2. Developmental lineage priming in Dictyostelium by heterogeneous Ras activation.

    PubMed

    Chattwood, Alex; Nagayama, Koki; Bolourani, Parvin; Harkin, Lauren; Kamjoo, Marzieh; Weeks, Gerald; Thompson, Christopher R L

    2013-11-26

    In cell culture, genetically identical cells often exhibit heterogeneous behavior, with only 'lineage primed' cells responding to differentiation inducing signals. It has recently been proposed that such heterogeneity exists during normal embryonic development to allow position independent patterning based on 'salt and pepper' differentiation and sorting out. However, the molecular basis of lineage priming and how it leads to reproducible cell type proportioning are poorly understood. To address this, we employed a novel forward genetic approach in the model organism Dictyostelium discoideum. These studies reveal that the Ras-GTPase regulator gefE is required for normal lineage priming and salt and pepper differentiation. This is because Ras-GTPase activity sets the intrinsic response threshold to lineage specific differentiation signals. Importantly, we show that although gefE expression is uniform, transcription of its target, rasD, is both heterogeneous and dynamic, thus providing a novel mechanism for heterogeneity generation and position-independent differentiation. DOI: http://dx.doi.org/10.7554/eLife.01067.001.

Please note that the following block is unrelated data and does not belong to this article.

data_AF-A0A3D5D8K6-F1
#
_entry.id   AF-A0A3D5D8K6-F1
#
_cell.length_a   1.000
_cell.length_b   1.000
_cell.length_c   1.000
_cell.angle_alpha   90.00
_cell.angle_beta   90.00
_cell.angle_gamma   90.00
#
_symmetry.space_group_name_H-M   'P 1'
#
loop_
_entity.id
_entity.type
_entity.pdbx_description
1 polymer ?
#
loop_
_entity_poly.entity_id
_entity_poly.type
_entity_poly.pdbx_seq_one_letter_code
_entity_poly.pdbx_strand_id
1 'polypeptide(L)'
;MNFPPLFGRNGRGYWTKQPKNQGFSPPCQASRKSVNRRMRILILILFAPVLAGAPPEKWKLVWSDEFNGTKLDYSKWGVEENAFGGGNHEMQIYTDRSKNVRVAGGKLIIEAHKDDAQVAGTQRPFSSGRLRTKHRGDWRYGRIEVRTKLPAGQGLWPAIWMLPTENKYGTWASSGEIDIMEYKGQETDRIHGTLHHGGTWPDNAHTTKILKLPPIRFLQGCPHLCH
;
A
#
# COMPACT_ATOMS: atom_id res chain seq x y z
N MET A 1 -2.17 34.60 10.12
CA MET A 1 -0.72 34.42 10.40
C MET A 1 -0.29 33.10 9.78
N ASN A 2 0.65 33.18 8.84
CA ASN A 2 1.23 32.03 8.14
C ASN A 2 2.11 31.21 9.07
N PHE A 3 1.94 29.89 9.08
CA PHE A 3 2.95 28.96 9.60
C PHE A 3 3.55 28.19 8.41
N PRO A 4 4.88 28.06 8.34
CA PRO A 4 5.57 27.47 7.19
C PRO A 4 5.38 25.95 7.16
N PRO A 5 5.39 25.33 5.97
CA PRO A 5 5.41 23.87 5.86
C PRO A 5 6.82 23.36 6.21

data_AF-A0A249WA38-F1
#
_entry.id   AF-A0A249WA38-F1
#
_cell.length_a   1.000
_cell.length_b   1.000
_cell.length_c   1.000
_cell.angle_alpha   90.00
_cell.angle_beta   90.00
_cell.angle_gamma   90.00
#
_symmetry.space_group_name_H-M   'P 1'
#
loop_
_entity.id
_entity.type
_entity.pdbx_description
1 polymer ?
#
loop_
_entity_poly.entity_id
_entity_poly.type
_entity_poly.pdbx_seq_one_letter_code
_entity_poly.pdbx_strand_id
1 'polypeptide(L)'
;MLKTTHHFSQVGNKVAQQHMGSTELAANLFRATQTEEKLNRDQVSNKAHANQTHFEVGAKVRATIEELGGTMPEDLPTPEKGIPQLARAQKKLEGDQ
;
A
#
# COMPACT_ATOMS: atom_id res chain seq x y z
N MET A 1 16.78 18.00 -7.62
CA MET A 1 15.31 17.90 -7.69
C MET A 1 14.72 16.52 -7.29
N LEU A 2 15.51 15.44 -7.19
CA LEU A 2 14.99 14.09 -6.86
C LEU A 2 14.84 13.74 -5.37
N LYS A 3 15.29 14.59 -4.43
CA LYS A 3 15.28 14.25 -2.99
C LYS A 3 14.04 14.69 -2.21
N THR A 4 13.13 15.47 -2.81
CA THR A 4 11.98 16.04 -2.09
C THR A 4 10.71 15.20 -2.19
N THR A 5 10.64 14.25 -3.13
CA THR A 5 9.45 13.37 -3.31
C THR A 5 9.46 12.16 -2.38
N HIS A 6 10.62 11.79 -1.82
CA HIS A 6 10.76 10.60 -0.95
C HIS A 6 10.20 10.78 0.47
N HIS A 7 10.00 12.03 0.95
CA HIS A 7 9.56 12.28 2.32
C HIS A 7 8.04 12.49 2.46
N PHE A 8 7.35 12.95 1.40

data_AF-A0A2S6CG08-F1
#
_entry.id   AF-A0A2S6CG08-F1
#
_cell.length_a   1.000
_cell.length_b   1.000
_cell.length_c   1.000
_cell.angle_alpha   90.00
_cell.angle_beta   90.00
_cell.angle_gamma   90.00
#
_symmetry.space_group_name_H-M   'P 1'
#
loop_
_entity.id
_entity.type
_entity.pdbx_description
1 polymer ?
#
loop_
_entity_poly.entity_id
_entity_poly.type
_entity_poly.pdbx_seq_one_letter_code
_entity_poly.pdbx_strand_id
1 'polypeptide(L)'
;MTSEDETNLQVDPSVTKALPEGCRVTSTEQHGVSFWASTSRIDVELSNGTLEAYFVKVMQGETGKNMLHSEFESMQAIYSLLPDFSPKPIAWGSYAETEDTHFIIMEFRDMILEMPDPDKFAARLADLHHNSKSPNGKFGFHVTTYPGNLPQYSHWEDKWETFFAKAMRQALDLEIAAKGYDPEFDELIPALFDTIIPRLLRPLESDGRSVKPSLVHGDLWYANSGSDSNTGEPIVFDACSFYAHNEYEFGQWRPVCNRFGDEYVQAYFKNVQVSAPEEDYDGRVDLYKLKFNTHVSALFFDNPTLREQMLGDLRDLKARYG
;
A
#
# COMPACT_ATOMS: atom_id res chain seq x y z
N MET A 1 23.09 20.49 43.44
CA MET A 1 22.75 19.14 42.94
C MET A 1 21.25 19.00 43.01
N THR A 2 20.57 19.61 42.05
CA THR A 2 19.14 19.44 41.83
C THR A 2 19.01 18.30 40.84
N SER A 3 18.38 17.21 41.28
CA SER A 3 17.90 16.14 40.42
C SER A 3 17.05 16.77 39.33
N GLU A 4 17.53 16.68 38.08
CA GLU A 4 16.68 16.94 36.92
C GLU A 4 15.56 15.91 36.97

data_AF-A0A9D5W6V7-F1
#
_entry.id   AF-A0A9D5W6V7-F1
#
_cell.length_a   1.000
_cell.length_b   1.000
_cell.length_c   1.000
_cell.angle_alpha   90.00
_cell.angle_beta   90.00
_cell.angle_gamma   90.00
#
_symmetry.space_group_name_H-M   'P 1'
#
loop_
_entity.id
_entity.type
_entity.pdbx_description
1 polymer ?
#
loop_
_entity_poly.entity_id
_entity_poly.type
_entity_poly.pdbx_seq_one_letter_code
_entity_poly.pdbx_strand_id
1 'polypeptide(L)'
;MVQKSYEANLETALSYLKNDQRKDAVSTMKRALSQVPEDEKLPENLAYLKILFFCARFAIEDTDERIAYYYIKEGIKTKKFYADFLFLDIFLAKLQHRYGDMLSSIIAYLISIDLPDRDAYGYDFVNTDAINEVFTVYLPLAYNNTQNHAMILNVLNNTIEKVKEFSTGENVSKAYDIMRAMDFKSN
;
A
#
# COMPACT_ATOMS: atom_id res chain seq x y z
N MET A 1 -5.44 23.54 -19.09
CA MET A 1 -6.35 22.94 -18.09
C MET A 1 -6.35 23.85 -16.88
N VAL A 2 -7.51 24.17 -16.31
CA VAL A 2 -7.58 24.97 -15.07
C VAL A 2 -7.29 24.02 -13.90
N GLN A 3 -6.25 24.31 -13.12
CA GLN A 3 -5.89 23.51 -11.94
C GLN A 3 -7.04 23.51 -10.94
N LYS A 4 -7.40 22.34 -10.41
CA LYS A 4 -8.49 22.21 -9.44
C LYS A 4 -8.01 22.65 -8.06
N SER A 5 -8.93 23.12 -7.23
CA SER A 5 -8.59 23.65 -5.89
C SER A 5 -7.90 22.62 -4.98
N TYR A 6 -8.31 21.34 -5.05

3. Developmental lineage priming in Dictyostelium by heterogeneous Ras activation

    PubMed Central

    Chattwood, Alex; Nagayama, Koki; Bolourani, Parvin; Harkin, Lauren; Kamjoo, Marzieh; Weeks, Gerald; Thompson, Christopher RL

    2013-01-01

    In cell culture, genetically identical cells often exhibit heterogeneous behavior, with only ‘lineage primed’ cells responding to differentiation inducing signals. It has recently been proposed that such heterogeneity exists during normal embryonic development to allow position independent patterning based on ‘salt and pepper’ differentiation and sorting out. However, the molecular basis of lineage priming and how it leads to reproducible cell type proportioning are poorly understood. To address this, we employed a novel forward genetic approach in the model organism Dictyostelium discoideum. These studies reveal that the Ras-GTPase regulator gefE is required for normal lineage priming and salt and pepper differentiation. This is because Ras-GTPase activity sets the intrinsic response threshold to lineage specific differentiation signals. Importantly, we show that although gefE expression is uniform, transcription of its target, rasD, is both heterogeneous and dynamic, thus providing a novel mechanism for heterogeneity generation and position-independent differentiation. DOI: http://dx.doi.org/10.7554/eLife.01067.001 PMID:24282234

  4. Origin and History of Mitochondrial DNA Lineages in Domestic Horses

    PubMed Central

    Cieslak, Michael; Pruvost, Melanie; Benecke, Norbert; Hofreiter, Michael; Morales, Arturo; Reissmann, Monika; Ludwig, Arne

    2010-01-01